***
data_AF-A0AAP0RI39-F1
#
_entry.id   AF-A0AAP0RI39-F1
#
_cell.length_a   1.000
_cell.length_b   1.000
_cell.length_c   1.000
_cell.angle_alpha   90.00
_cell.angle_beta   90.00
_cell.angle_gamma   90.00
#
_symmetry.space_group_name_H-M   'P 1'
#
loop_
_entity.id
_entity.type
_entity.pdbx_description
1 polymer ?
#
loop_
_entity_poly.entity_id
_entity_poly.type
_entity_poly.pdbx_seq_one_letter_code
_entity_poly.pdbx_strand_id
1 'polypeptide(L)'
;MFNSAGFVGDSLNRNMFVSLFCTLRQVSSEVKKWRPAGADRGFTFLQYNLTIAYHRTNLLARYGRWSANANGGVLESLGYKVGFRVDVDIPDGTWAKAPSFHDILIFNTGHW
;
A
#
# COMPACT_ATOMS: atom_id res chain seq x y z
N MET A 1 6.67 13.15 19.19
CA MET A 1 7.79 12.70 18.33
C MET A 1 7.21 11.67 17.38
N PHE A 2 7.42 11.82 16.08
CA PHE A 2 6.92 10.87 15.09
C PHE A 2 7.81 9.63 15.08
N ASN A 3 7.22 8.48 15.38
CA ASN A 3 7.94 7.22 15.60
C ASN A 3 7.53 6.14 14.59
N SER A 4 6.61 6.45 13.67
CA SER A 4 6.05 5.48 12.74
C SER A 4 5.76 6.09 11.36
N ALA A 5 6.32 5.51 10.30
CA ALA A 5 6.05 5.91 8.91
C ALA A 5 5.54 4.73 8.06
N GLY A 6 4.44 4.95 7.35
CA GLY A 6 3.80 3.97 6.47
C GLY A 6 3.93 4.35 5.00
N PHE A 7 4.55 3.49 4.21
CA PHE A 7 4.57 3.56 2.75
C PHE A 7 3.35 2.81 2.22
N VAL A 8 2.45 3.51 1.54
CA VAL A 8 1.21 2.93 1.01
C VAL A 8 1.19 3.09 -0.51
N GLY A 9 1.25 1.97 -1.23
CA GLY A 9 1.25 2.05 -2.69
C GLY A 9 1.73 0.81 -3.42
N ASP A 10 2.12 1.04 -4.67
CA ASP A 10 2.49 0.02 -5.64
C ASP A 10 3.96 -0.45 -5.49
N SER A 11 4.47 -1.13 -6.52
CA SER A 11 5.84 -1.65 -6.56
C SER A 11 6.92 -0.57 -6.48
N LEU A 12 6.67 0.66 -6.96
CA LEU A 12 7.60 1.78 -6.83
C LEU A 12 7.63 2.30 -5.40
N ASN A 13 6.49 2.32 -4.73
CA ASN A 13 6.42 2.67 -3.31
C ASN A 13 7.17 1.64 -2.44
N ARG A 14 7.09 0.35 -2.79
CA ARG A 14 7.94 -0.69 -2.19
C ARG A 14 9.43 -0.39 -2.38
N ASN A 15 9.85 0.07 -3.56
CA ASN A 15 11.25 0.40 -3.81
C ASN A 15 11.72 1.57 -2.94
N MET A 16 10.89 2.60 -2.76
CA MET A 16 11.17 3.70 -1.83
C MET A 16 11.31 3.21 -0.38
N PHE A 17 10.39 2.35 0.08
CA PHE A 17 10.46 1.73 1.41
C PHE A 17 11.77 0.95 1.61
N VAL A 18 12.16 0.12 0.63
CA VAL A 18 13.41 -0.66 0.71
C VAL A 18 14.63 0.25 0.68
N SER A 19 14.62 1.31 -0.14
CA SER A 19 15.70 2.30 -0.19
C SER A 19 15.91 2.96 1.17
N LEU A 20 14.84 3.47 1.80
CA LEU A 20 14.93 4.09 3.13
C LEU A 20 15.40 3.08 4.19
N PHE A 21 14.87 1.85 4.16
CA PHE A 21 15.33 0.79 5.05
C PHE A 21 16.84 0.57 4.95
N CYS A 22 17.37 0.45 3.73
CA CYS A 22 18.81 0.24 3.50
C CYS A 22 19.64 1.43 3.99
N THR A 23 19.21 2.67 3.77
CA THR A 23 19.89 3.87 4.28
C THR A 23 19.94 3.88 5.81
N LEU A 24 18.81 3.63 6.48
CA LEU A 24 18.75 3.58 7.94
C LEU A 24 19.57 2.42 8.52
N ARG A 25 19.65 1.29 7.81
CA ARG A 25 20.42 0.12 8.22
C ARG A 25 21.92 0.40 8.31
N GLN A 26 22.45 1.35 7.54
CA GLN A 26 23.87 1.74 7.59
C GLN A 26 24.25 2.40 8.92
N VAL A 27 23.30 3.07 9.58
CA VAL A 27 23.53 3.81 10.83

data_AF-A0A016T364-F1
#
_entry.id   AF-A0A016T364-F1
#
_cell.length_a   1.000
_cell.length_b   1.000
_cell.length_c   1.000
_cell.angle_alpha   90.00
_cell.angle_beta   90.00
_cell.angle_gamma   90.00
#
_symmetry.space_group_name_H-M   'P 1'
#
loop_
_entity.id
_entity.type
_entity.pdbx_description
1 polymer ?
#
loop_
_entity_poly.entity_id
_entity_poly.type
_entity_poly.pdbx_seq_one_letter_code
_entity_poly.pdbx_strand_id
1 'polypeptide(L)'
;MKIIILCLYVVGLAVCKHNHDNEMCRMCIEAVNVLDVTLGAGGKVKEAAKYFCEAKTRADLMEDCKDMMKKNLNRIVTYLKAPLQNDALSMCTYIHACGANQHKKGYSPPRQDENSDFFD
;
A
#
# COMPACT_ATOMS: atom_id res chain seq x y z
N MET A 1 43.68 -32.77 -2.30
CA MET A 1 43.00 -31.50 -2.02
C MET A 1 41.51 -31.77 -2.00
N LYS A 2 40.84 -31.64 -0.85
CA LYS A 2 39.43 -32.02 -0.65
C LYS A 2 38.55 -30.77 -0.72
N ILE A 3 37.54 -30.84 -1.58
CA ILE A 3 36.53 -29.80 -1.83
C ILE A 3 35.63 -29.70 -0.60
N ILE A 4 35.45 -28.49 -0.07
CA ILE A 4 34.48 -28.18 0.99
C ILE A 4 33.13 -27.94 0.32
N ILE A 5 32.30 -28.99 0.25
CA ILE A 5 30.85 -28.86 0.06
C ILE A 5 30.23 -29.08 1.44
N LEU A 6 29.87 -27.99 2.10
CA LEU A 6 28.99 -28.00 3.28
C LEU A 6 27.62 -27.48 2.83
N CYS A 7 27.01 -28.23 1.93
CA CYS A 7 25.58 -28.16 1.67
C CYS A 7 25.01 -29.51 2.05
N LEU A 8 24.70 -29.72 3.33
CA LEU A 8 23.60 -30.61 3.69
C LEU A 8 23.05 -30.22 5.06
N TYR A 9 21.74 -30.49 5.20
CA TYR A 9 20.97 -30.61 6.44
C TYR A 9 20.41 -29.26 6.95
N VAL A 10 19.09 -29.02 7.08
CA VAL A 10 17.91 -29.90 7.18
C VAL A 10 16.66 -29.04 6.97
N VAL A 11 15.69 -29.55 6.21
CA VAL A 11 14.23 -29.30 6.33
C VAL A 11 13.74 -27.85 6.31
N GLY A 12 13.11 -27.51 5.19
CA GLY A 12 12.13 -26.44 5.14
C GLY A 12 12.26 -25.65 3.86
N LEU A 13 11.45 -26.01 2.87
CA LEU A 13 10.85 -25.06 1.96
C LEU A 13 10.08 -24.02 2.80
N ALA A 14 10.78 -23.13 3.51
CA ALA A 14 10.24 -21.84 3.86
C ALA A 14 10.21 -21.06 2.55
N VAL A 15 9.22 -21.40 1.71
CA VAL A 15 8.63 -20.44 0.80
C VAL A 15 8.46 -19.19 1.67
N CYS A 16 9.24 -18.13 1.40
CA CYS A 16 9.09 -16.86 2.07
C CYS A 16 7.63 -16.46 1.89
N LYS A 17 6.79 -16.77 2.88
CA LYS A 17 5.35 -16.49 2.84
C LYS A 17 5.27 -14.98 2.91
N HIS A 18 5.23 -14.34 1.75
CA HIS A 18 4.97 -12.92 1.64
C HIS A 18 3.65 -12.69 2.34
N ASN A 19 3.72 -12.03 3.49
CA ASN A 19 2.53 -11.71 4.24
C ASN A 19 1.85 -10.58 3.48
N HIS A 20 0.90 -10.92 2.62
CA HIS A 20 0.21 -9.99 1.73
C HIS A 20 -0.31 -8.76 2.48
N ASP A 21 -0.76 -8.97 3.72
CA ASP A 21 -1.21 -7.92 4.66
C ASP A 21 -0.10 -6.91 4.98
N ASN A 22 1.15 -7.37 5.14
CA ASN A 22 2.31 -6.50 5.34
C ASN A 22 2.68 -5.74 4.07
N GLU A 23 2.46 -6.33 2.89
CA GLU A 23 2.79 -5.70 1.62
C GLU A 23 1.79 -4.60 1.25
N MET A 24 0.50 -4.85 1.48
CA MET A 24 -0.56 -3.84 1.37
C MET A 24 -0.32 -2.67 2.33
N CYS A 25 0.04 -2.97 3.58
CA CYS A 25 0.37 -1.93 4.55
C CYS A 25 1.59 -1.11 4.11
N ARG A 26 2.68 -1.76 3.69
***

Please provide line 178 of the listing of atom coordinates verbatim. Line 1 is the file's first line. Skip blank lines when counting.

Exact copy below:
CA LEU A 13 10.85 -25.06 1.96